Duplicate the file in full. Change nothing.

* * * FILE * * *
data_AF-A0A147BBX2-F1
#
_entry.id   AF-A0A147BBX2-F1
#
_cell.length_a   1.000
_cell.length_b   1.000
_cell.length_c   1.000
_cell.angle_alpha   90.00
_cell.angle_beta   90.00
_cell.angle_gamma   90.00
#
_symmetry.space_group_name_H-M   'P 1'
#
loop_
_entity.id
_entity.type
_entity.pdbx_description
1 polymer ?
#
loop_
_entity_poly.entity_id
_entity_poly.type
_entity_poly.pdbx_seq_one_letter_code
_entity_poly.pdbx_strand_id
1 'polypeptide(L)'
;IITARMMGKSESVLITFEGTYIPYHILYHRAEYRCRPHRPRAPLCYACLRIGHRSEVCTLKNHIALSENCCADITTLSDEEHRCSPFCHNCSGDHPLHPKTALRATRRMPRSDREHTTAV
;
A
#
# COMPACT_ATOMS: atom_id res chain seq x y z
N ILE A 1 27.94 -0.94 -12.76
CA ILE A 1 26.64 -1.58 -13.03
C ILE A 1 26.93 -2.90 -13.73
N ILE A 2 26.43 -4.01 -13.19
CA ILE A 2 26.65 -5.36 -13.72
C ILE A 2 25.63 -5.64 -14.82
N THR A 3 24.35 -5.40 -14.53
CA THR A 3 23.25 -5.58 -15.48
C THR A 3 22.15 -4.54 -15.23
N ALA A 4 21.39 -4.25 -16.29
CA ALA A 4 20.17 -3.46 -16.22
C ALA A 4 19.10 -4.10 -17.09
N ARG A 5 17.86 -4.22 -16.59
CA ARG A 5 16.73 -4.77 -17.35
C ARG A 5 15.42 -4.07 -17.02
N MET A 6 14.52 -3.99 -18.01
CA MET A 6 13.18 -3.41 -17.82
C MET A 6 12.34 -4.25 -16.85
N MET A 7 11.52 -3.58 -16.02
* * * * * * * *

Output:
data_AF-A0A147BBX2-F1
#
_entry.id   AF-A0A147BBX2-F1
#
_cell.length_a   1.000
_cell.length_b   1.000
_cell.length_c   1.000
_cell.angle_alpha   90.00
_cell.angle_beta   90.00
_cell.angle_gamma   90.00
#
_symmetry.space_group_name_H-M   'P 1'
#
loop_
_entity.id
_entity.type
_entity.pdbx_description
1 polymer ?
#
loop_
_entity_poly.entity_id
_entity_poly.type
_entity_poly.pdbx_seq_one_letter_code
_entity_poly.pdbx_strand_id
1 'polypeptide(L)'
;IITARMMGKSESVLITFEGTYIPYHILYHRAEYRCRPHRPRAPLCYACLRIGHRSEVCTLKNHIALSENCCADITTLSDEEHRCSPFCHNCSGDHPLHPKTALRATRRMPRSDREHTTAV
;
A
#
# COMPACT_ATOMS: atom_id res chain seq x y z
N ILE A 1 27.94 -0.94 -12.76
CA ILE A 1 26.64 -1.58 -13.03
C ILE A 1 26.93 -2.90 -13.73
N ILE A 2 26.43 -4.01 -13.19
CA ILE A 2 26.65 -5.36 -13.72
C ILE A 2 25.63 -5.64 -14.82
N THR A 3 24.35 -5.40 -14.53
CA THR A 3 23.25 -5.58 -15.48
C THR A 3 22.15 -4.54 -15.23
N ALA A 4 21.39 -4.25 -16.29
CA ALA A 4 20.17 -3.46 -16.22
C ALA A 4 19.10 -4.10 -17.09
N ARG A 5 17.86 -4.22 -16.59
CA ARG A 5 16.73 -4.77 -17.35
C ARG A 5 15.42 -4.07 -17.02
N MET A 6 14.52 -3.99 -18.01
CA MET A 6 13.18 -3.41 -17.82
C MET A 6 12.34 -4.25 -16.85
N MET A 7 11.52 -3.58 -16.02